Headphones: Start with whatever you have. Though you may not want to use headphones at all (more info) depending on your training. Closed back are good if you need a lot of volume (closed hides sound the mic could pick up) otherwise go with semi-open.
Closed back style can cause over-listening to voice, so you may need to use with one ear off. Suggestions:
- Budget: Sennheiser HD 202 II Pro ($25)
- Semi-open: AKG K 240 ($72) "most beloved vocal monitor phones"
- Closed: Sennheiser HD 280 Pro ($75)
- Best (Why?) Closed: Sony MDR-7506 ($100)
Your equipment total, assuming a $199 mic: $311.42
Don't start with wedge foam.
A clothes closet with the mic coming from within hanging clothes, and comforters or moving blankets covering some areas is sufficient for many. Begin by finding and reducing or moving away from noise sources such as computer or furnace fans, fluorescent lights, ticking clocks, running water in building pipes, etc.
A Room Corner Studio in Just 90 Minutes for under $80!
If a good clothes closet doesn't work for you, we've tested a DIY solution that we'll be adding photos and instructions to soon, but it's an almost completely tool-less, standalone unit that most people can set up in less than 90 minutes.
Uses materials in stock at Home Depot and similar hardware stores (e.g. acoustic insulation), but if you have 2x4's, old sheets, bungee cords or wire fencing already, you've already got some of what you need.
Test Your Studio for Noise:
Once you have your initial studio set up, record silence repeatedly as you add sound deadening material: Hook everything up (but make sure any compression settings are off, such as on your mixer) and record the silence (only the ambient sound) of your studio and equipment for a few seconds. After recording, playback and watch the meter in your software or equipment (typically green/yellow/red) that shows decibels. You'll eventually want to get it down to -40 dB, preferably to -45 dB or less. This measurement is called the noise floor.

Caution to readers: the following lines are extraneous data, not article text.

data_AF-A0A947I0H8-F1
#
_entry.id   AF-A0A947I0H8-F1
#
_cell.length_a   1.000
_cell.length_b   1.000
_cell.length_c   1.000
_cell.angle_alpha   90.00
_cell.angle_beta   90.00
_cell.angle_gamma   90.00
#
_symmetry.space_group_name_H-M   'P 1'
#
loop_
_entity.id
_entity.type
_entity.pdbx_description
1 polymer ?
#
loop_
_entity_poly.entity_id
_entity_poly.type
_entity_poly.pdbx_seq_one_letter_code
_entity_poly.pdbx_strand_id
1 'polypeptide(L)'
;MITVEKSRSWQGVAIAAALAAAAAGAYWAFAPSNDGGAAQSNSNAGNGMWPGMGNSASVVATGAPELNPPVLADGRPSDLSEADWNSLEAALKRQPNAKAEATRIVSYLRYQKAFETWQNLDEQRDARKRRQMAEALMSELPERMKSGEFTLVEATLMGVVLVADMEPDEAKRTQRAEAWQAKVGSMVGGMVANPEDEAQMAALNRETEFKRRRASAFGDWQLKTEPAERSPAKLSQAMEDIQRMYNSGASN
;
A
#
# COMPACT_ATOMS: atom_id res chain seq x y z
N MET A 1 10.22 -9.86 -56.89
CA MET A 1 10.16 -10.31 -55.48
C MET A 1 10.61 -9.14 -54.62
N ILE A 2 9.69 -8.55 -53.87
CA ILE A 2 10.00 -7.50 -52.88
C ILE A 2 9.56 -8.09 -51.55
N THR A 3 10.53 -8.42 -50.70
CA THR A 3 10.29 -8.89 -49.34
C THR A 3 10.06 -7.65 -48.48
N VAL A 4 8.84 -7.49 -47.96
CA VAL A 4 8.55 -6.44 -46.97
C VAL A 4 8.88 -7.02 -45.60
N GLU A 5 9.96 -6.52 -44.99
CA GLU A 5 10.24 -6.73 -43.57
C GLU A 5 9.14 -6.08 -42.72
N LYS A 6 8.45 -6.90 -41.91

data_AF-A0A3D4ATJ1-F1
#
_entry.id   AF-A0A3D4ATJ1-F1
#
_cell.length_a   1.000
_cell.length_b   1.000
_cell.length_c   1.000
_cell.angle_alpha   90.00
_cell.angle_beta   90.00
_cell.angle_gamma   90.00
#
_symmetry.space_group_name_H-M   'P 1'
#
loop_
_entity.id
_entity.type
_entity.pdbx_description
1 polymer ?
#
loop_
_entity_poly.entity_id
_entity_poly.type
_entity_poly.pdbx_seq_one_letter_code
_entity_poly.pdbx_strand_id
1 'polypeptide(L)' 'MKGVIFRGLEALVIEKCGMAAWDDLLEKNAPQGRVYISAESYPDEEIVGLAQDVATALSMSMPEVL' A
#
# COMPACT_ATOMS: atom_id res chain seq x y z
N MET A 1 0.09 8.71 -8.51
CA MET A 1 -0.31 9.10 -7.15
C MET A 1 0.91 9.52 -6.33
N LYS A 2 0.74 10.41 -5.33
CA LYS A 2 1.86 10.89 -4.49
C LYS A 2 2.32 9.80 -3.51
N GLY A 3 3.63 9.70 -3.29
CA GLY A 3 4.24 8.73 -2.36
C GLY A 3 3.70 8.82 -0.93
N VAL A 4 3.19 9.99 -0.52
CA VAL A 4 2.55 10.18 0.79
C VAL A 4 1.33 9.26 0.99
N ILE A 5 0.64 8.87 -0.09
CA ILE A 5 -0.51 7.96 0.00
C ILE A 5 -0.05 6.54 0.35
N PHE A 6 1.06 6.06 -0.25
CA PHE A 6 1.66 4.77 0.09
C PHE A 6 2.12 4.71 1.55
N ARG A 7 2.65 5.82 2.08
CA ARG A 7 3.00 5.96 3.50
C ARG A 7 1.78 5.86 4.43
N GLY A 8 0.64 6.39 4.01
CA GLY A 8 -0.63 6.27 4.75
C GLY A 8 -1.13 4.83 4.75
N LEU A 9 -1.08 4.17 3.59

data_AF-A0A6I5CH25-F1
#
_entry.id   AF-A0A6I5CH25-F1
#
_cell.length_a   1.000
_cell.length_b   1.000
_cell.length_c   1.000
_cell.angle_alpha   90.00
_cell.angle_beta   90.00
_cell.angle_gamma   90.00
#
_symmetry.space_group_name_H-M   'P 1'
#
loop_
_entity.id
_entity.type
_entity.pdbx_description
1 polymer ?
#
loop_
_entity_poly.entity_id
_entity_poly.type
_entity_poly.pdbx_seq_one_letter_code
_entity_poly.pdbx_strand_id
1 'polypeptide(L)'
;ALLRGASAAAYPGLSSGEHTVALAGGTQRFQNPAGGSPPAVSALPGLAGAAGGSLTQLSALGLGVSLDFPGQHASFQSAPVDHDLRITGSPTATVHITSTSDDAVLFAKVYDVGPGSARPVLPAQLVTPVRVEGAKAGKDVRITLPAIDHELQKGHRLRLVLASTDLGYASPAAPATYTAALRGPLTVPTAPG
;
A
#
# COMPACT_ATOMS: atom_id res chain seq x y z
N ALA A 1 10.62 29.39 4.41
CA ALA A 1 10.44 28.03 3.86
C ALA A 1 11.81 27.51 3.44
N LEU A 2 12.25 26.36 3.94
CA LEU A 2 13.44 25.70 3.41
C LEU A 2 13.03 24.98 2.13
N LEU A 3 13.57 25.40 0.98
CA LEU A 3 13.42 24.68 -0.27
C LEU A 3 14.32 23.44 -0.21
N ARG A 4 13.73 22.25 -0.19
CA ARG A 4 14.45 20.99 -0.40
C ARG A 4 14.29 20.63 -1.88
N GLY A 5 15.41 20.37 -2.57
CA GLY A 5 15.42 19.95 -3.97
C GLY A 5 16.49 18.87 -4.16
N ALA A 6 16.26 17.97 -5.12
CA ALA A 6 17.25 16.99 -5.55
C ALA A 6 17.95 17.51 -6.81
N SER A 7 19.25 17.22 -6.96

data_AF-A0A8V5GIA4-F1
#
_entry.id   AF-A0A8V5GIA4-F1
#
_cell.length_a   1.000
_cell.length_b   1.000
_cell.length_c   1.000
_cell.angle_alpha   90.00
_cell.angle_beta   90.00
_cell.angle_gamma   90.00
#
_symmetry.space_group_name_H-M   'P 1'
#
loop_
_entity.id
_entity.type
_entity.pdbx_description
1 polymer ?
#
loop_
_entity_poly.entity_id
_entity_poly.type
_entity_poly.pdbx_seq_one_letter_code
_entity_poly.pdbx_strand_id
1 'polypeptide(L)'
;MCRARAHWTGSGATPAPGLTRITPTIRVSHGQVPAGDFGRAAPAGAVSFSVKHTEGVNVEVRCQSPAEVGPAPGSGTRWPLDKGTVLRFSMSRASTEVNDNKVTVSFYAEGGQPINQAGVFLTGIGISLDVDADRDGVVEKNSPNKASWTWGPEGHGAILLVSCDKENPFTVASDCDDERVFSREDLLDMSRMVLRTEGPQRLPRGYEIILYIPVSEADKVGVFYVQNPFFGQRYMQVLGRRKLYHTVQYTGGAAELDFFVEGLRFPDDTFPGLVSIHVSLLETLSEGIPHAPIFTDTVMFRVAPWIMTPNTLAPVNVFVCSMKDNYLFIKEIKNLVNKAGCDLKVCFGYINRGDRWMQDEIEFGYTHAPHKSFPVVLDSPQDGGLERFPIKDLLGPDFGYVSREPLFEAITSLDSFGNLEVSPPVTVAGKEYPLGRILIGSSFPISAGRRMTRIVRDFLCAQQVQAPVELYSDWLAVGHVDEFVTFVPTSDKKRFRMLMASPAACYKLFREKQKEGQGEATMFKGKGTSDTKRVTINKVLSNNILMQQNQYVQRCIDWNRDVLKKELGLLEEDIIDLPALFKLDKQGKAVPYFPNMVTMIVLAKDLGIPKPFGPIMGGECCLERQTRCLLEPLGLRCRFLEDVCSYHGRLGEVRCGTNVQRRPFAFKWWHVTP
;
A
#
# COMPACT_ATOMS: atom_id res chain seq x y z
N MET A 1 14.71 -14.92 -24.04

Install sound deadening material (see below) in your space and/or around your microphone and repeat the ambient recording until the noise floor is 40 dB or less. Clap your hands (or pop a balloon) to observe echoes on the waveform Record a script and carefully listen for echoes. Use more sound absorbing material until nearly all echoes are gone. Watch this video for tips.. You may also want to use George Whittam's free sound check service at vostudiotech.com to check your noise level.
What sound absorbing material should you use?
When buying any sound absorbing product, note that the higher the NRC rating, the more sound a product can absorb.
Around the microphone
If you need sound deadening, consider first creating a cone of acoustic foam around your mic (or a box of it, but that blocks your view of copy more) as the first step. One option is to thread coat hanger wire or similar carefully through the foam to manipulate it into a cone.
The copy stand
While you can pin your copy to hanging fabric or clothes, if you're using a copy stand, drill approximate 1" holes in it (or buy one that has holes) and cover with fleece, a carpet sample, or similar to block sound bouncing off it. If you will be making notes on your copy as you work, consider using something solid such as a piece of card stock under your copy.
The Best Bargains in Acoustic Insulation
Buying towels from a Goodwill or other used/charity store turn out to be one of the most inexpensive AND effective materials. Here's a video of some acoustic tests and how to add the towels into sound panels.
A folded towel at least four layers thick absorbs the most sound from all frequency ranges compared to many other inexpensive materials.
For spaces that need a lot of insulation, Roxul Safe 'n' Sound has effective sound absorption (pdf data sheet, NRC=1.05, FAQ) and is inexpensive (60 sq feet for under $45!), but, being compressible wool insulation, can be tricky to work with—keep it out of your eyes.
For variations of rigid insulation, Owens Corning 703/705, Roxul Con-Rock Board, EconoSorb panels, etc., visit this website or this one. They also offer frames you can mount your insulation in to make mobile panels. (Also see these DIY resources.)
Bargain Wedge Foam
We have a large quantity of NRC=0.80 rated 4" wedge foam on hand just $2.50/square foot (pick up only). Here are the independent lab test results on the foam we're making available and this is where we buy it.
Four square feet from us is $10. It's $18.77 from ATS, and their minimum order is $56.32 after shipping. Or almost $77 for the equivalent amount of 2" Auralex! ($230 for a 2" Auralex 12pk). Yes, it's thin, but very expensive!
One way to get started in Audio books:
Notice: We will be moving to our new
website in 2015 at the School of Acting and Voice Over